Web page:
For most people, finances are a touchy subject. Add children and a divorce or separation into the mix and the subject can become polarizing at best, nuclear at worst.
When two people end a relationship, there are usually some hurt feelings and quite a bit of anger. When those people share one or more children, personal feelings can often get in the way of what’s best for the child.
The topic of child support can be one that neither party really wants to broach. However, the child’s health and wellbeing depend on it.
It’s easier to put aside personal feelings and put the child’s best interests first when you know a little bit more about how child support works and what’s going to be expected of you.
How Does Child Support Work? What You Need to Know
At the beginning of the custody and child support process, many parents wonder: how does child support work?
Here are five common questions that arise regarding child support payments.
1. What Does Child Support Cover?
Support payments need to be made on a monthly basis to pay for a child’s living, educational, and medical expenses. Support includes payments as well as health insurance.
2. Who Is Financially Responsible for the Child?
Ultimately, both legal and/or biological parents are responsible for financially supporting their child. The parent with physical custody of the child will likely receive payments from the non-custodial parent.
This does not mean that the custodial parent doesn’t have any financial responsibilities.
The support payments are what the court determines the parent would be paying to support their child if the family was still together.
3. How Long Does Child Support Last?
The parent making child support payments will be legally required to make those payments until the following happens.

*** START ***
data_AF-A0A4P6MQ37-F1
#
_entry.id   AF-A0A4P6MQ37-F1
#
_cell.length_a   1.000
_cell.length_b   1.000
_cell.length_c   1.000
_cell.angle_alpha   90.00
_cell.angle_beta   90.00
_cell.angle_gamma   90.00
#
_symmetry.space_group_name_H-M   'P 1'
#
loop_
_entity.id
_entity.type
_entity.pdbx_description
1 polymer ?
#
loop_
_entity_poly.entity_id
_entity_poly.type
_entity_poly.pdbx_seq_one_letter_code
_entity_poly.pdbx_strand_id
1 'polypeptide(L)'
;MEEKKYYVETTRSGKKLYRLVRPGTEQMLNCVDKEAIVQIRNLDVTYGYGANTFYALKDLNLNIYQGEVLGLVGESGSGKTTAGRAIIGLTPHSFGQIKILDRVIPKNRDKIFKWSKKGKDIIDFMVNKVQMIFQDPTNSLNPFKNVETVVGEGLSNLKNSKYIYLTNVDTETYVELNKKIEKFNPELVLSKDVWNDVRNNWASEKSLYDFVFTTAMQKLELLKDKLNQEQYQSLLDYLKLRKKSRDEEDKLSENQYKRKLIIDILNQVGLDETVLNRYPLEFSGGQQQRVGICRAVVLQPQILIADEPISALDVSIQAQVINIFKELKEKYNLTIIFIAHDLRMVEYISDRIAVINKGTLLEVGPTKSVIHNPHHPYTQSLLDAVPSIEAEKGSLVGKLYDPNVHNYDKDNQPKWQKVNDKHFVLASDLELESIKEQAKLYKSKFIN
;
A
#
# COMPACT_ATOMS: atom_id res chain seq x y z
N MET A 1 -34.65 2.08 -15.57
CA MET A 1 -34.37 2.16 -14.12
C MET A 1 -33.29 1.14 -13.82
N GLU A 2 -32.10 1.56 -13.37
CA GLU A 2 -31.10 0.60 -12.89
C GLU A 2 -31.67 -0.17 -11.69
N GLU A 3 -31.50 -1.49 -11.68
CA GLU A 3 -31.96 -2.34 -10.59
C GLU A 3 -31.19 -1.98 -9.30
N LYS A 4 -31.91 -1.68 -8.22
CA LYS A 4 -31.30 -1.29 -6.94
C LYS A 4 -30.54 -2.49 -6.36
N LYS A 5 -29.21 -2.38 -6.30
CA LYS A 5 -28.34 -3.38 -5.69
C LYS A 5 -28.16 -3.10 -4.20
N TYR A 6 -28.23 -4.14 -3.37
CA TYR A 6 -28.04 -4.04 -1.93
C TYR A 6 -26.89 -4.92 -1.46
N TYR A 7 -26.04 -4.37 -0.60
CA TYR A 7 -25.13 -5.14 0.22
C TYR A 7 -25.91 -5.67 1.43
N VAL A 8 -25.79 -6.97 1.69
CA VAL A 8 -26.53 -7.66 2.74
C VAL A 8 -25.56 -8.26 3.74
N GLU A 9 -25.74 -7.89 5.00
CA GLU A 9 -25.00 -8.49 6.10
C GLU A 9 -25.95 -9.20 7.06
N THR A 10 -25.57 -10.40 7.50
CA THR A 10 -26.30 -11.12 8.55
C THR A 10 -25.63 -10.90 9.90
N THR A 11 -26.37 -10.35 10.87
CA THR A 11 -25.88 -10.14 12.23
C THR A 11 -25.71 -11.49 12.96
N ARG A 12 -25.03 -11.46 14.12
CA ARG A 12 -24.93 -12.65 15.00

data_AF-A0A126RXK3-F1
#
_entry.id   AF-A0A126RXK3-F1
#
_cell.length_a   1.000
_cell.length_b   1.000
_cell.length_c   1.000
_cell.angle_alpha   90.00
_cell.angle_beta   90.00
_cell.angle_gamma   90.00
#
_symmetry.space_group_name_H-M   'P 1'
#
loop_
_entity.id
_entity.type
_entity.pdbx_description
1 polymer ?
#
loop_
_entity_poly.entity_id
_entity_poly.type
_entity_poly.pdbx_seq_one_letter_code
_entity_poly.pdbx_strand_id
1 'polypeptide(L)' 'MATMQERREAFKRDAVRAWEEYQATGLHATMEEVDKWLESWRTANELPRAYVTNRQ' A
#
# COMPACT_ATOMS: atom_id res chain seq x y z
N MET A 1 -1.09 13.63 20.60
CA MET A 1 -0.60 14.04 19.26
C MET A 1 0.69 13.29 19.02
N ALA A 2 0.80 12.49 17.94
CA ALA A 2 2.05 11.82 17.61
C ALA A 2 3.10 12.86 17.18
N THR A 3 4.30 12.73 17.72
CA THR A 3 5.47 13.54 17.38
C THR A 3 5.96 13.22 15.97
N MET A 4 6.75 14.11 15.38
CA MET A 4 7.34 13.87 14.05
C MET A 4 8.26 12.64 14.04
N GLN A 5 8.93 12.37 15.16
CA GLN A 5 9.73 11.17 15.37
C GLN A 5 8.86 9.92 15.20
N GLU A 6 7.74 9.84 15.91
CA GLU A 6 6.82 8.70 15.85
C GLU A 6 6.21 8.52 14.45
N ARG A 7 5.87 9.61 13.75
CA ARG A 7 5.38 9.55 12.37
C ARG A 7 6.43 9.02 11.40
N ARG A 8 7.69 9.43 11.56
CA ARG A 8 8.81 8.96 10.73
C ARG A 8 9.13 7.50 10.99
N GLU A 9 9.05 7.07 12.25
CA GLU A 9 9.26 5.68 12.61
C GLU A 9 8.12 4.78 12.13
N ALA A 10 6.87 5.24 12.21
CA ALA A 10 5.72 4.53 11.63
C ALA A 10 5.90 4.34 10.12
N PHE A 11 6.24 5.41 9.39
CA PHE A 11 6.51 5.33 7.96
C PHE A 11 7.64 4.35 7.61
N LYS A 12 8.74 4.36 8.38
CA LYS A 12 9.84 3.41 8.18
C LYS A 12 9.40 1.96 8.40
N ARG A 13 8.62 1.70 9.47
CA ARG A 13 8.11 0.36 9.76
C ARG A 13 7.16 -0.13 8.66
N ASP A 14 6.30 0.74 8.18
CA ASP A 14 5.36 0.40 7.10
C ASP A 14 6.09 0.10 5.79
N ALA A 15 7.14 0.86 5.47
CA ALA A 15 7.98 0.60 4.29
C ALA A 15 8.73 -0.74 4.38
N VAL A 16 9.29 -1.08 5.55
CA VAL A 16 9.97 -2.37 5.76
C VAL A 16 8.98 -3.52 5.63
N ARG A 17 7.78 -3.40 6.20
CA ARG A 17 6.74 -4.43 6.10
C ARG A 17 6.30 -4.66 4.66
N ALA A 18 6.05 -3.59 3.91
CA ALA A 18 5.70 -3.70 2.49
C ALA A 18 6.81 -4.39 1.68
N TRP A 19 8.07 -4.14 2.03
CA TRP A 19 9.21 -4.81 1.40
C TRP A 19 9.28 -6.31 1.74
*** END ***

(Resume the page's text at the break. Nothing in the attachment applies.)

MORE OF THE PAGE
- The child turns 18 years old
- The child decides to sign up for active duty military
- The parent’s parental rights are terminated
- A minor child has been declared emancipated, which means they’re declared by the court as an adult earlier than age 18 because they’ve proven to be sufficiently self-supporting.
There is one important factor to consider. If the child has special needs, turning 18 doesn’t automatically mean that the parent can stop their support payments.
4. How Does Custody Fit Into the Picture?
As was stated earlier, the parent who has physical custody receives child support from the parent who does not have custody.
What happens, though, when the parents have joint custody?
The court will calculate the percentage that each parent would’ve contributed to their joint income while married. The judge will then calculate the percentage of time that each parent enjoys physical custody of their child.
From those figures, the judge will determine how much each parent needs to contribute to support their child.
What constitutes income? The following can be subject to child support deductions.
- Wages or self-employment earnings
- Tips, commissions, or bonuses
- Annuities and interest
- Veterans benefits
- Pensions, as well as private and government retirement benefits.